Interview – Hugo Eccles, Untitled Motorcycles SF

In Interview by Abhi0 Comments

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As you may remember, last month I was on another episode of Jay Leno’s Garage to introduce Jay to Hugo Eccles. Hugo is the man behind Untitled Motorcycles SF – and more importantly, he’s really interesting! Come learn more about his story as he answers the usual Bike-urious questions!

Honestly, I don’t remember how I first met Hugo. The first time I mentioned him was in a post inquiring if anyone had a Ducati Scrambler that they wanted to have some custom work done to:

Ducati Scrambler - Right Side Untitled

That project ended up competing in the Custom Rumble contest and while it didn’t win, I thought it was fantastic. When I first saw images of the finished build, I thought I was just looking at CAD drawings. I saw it in person for the first time at the Handbuilt Motorcycle Show, and some of you hopefully saw it at Ducati Island during WSBK at Laguna Seca this last weekend – Ducati liked it so much they apparently kept it for an extra day so it could be shown off at the Pirelli event (which I’m super jealous I missed):

My point is simply that this bike is cool, and Hugo is cool, so I thought you might want to learn more about him and his story:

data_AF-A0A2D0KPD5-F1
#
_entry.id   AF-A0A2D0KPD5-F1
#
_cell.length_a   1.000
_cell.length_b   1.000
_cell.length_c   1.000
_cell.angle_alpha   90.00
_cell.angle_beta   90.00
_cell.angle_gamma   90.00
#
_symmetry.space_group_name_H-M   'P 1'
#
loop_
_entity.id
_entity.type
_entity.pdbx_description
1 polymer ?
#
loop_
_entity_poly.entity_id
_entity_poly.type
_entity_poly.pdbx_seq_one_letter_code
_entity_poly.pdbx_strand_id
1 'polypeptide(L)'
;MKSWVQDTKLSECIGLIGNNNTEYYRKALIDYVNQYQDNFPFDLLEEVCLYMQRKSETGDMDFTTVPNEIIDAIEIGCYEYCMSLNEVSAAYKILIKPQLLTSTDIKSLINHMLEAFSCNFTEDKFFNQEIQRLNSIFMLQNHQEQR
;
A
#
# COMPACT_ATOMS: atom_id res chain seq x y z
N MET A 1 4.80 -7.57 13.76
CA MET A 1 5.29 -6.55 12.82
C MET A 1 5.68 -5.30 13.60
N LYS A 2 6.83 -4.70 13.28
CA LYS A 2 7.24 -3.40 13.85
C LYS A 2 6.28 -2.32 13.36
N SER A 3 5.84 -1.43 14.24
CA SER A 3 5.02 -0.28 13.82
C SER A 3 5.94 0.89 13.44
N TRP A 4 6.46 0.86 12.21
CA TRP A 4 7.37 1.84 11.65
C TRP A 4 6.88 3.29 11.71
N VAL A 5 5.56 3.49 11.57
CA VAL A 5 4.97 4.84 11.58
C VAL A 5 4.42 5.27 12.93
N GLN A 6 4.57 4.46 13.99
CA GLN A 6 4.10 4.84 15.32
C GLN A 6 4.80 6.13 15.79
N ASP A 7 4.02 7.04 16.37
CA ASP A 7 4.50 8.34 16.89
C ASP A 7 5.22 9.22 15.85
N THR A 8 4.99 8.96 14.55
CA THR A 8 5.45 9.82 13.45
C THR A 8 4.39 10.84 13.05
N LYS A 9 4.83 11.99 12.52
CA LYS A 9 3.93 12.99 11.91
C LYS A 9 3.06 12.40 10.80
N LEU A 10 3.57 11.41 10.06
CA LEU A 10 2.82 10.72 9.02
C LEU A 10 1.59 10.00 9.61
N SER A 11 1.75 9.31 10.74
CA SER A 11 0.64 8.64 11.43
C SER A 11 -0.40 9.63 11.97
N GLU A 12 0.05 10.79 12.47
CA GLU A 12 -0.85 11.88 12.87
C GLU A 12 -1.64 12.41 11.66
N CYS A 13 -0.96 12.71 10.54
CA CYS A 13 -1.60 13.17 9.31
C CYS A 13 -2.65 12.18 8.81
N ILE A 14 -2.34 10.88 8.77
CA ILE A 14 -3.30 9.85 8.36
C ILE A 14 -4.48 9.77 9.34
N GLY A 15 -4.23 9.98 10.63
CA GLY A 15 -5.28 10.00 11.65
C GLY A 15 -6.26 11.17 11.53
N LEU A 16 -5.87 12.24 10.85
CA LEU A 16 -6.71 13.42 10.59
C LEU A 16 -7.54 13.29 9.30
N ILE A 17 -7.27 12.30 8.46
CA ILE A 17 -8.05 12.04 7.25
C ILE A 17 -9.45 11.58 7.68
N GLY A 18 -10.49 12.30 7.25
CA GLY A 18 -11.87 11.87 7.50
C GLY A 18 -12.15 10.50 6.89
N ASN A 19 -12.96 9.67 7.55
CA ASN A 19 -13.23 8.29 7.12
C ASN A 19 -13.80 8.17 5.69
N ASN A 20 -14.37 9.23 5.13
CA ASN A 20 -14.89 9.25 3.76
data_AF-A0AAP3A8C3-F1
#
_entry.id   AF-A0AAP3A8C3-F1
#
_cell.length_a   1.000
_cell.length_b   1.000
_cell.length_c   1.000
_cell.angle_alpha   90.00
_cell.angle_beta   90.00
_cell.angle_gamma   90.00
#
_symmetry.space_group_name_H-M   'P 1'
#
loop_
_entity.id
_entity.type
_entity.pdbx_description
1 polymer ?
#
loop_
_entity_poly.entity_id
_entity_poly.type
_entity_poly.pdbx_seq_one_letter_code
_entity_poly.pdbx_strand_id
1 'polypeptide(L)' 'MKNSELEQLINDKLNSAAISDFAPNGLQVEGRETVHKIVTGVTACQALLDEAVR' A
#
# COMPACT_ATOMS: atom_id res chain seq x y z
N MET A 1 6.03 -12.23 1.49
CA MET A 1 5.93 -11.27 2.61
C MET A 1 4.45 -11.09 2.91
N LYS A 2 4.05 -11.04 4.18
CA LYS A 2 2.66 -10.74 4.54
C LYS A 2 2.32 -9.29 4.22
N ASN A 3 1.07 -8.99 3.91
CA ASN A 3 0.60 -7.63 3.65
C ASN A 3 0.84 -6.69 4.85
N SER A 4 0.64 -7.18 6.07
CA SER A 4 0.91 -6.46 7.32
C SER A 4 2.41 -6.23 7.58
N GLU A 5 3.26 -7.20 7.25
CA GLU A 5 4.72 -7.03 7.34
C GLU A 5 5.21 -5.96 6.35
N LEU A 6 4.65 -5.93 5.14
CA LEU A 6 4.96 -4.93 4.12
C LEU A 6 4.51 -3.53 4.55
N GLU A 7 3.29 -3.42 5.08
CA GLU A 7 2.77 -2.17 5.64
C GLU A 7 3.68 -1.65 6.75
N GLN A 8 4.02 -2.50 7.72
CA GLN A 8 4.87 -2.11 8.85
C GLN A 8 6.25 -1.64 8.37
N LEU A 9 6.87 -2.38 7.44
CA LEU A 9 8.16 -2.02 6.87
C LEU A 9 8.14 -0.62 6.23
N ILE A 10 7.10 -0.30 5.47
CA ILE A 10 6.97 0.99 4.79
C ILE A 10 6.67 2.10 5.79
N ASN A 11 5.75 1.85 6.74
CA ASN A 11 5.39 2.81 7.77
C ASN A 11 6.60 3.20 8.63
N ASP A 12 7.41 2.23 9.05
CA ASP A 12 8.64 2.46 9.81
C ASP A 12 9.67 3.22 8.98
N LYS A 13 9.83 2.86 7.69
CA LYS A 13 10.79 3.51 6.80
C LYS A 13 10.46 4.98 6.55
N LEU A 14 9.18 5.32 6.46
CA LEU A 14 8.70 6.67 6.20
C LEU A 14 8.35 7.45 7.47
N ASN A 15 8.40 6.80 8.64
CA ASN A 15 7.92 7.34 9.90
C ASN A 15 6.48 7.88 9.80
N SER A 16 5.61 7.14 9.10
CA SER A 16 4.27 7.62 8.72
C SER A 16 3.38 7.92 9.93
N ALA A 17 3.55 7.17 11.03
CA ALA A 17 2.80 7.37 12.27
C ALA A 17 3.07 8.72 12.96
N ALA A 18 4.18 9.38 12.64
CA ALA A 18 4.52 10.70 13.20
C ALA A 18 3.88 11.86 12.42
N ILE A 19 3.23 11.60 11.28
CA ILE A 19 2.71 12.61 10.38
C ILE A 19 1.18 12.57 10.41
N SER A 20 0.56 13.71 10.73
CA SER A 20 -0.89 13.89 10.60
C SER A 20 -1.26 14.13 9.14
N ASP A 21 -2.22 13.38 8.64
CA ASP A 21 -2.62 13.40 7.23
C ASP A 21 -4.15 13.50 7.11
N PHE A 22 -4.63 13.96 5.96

1.) How did you get started with motorcycles – how did you learn, and what was your first bike?
My Dad had a Suzuki 250cc when I was a kid and I think that’s what started my interest. He used to commute from the countryside, where I grew up, to London in his suit and tie under a one-piece waterproof coverall: very James Bond to my young mind. I got my first bike, a Yamaha TZR125, when I was 19 and I’ve been riding bikes ever since. I’ve ridden, and liked, all sorts of bikes throughout the years.

Yamaha TZR125 – photo from http://www.motorcyclespecs.co.za/model/yamaha/yamaha_tzr125%2087.htm

2.) What bikes do you currently own?
My daily driver is a 2006 Ducati Sport 1000 Mono that I bought new from a dealer in Dallas and rode back to New York City where I was living. At the time they were cheap as, unbelievably, no one wanted them.

Photo by Isabel Avellan

Photo by Isabel Avellan

I had the option to buy a LE version (#69/100) which, to this day, I regret not buying. My Ducati has relocated with me twice from New York to London and from London to San Francisco. I also ride the HyperScrambler prototype on a regular basis as that’s our test mule for the production versions.

3.) What’s your favorite piece of gear?
I’m a creature of habit so I have a few favourite things that I keep using. I’m a fan of Thorogood boots and mine are paired with the ‘Shifty’ boot protector by Acme Studios. For the past twelve years I’ve worn a wear a Belstaff Mojave jacket and either wear regular jeans or Dainese’s Kevlar-reinforced Wayne trousers. Helmet-wise I have an open-face Fulmer- they made the original Easy Rider helmet- and a full-face Bell Bullitt.

Photo from Bell – http://www.bellhelmets.com/powersports/helmets/bullitt-30

I wear either insulated Barbour gloves or Deus’ re-edition of the Harold’s Gripping Gloves depending on the weather. I have a Bell&Ross BR03-92 watch that, despite my best efforts, keeps on faithfully working.

4.) Assume for a moment that money is no object, and importation laws aren’t a problem. What’s the next bike you’d buy, and what would you do with it?